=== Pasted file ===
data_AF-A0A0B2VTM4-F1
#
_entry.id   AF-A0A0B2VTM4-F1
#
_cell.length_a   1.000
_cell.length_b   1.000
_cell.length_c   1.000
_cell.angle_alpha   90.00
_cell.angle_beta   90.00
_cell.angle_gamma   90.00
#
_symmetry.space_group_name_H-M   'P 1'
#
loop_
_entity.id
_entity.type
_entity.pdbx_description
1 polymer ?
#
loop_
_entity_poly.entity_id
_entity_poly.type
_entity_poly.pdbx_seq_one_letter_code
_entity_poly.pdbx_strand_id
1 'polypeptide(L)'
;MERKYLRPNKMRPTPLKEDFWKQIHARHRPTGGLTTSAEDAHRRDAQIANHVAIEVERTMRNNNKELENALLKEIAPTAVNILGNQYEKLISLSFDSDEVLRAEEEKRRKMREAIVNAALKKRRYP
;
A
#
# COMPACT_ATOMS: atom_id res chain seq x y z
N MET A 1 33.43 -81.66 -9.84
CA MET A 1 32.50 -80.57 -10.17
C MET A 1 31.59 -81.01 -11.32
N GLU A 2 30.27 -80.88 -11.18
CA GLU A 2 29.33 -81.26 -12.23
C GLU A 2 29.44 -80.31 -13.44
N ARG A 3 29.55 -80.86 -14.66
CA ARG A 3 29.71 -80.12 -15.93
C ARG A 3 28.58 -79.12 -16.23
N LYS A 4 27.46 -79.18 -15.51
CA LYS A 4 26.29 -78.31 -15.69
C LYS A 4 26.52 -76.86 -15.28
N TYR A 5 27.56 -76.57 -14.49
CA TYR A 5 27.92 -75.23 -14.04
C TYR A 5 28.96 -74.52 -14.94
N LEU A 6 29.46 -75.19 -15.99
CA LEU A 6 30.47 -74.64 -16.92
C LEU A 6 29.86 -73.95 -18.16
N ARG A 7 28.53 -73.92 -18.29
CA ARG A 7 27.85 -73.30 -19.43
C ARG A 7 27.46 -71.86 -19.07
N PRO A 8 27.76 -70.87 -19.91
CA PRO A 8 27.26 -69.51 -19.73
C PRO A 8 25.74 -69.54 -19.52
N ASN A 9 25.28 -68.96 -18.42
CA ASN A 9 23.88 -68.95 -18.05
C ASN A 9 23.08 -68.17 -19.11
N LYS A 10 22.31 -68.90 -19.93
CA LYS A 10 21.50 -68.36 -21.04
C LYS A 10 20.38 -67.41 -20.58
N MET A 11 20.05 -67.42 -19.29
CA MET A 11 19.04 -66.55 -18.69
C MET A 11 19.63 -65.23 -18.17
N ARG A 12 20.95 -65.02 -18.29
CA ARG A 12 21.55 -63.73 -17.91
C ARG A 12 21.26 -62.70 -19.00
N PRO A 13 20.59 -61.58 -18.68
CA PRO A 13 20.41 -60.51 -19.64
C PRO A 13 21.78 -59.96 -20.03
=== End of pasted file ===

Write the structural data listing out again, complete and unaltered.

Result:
data_AF-A0A0B2VTM4-F1
#
_entry.id   AF-A0A0B2VTM4-F1
#
_cell.length_a   1.000
_cell.length_b   1.000
_cell.length_c   1.000
_cell.angle_alpha   90.00
_cell.angle_beta   90.00
_cell.angle_gamma   90.00
#
_symmetry.space_group_name_H-M   'P 1'
#
loop_
_entity.id
_entity.type
_entity.pdbx_description
1 polymer ?
#
loop_
_entity_poly.entity_id
_entity_poly.type
_entity_poly.pdbx_seq_one_letter_code
_entity_poly.pdbx_strand_id
1 'polypeptide(L)'
;MERKYLRPNKMRPTPLKEDFWKQIHARHRPTGGLTTSAEDAHRRDAQIANHVAIEVERTMRNNNKELENALLKEIAPTAVNILGNQYEKLISLSFDSDEVLRAEEEKRRKMREAIVNAALKKRRYP
;
A
#
# COMPACT_ATOMS: atom_id res chain seq x y z
N MET A 1 33.43 -81.66 -9.84
CA MET A 1 32.50 -80.57 -10.17
C MET A 1 31.59 -81.01 -11.32
N GLU A 2 30.27 -80.88 -11.18
CA GLU A 2 29.33 -81.26 -12.23
C GLU A 2 29.44 -80.31 -13.44
N ARG A 3 29.55 -80.86 -14.66
CA ARG A 3 29.71 -80.12 -15.93
C ARG A 3 28.58 -79.12 -16.23
N LYS A 4 27.46 -79.18 -15.51
CA LYS A 4 26.29 -78.31 -15.69
C LYS A 4 26.52 -76.86 -15.28
N TYR A 5 27.56 -76.57 -14.49
CA TYR A 5 27.92 -75.23 -14.04
C TYR A 5 28.96 -74.52 -14.94
N LEU A 6 29.46 -75.19 -15.99
CA LEU A 6 30.47 -74.64 -16.92
C LEU A 6 29.86 -73.95 -18.16
N ARG A 7 28.53 -73.92 -18.29
CA ARG A 7 27.85 -73.30 -19.43
C ARG A 7 27.46 -71.86 -19.07
N PRO A 8 27.76 -70.87 -19.91
CA PRO A 8 27.26 -69.51 -19.73
C PRO A 8 25.74 -69.54 -19.52
N ASN A 9 25.28 -68.96 -18.42
CA ASN A 9 23.88 -68.95 -18.05
C ASN A 9 23.08 -68.17 -19.11
N LYS A 10 22.31 -68.90 -19.93
CA LYS A 10 21.50 -68.36 -21.04
C LYS A 10 20.38 -67.41 -20.58
N MET A 11 20.05 -67.42 -19.29
CA MET A 11 19.04 -66.55 -18.69
C MET A 11 19.63 -65.23 -18.17
N ARG A 12 20.95 -65.02 -18.29
CA ARG A 12 21.55 -63.73 -17.91
C ARG A 12 21.26 -62.70 -19.00
N PRO A 13 20.59 -61.58 -18.68
CA PRO A 13 20.41 -60.51 -19.64
C PRO A 13 21.78 -59.96 -20.03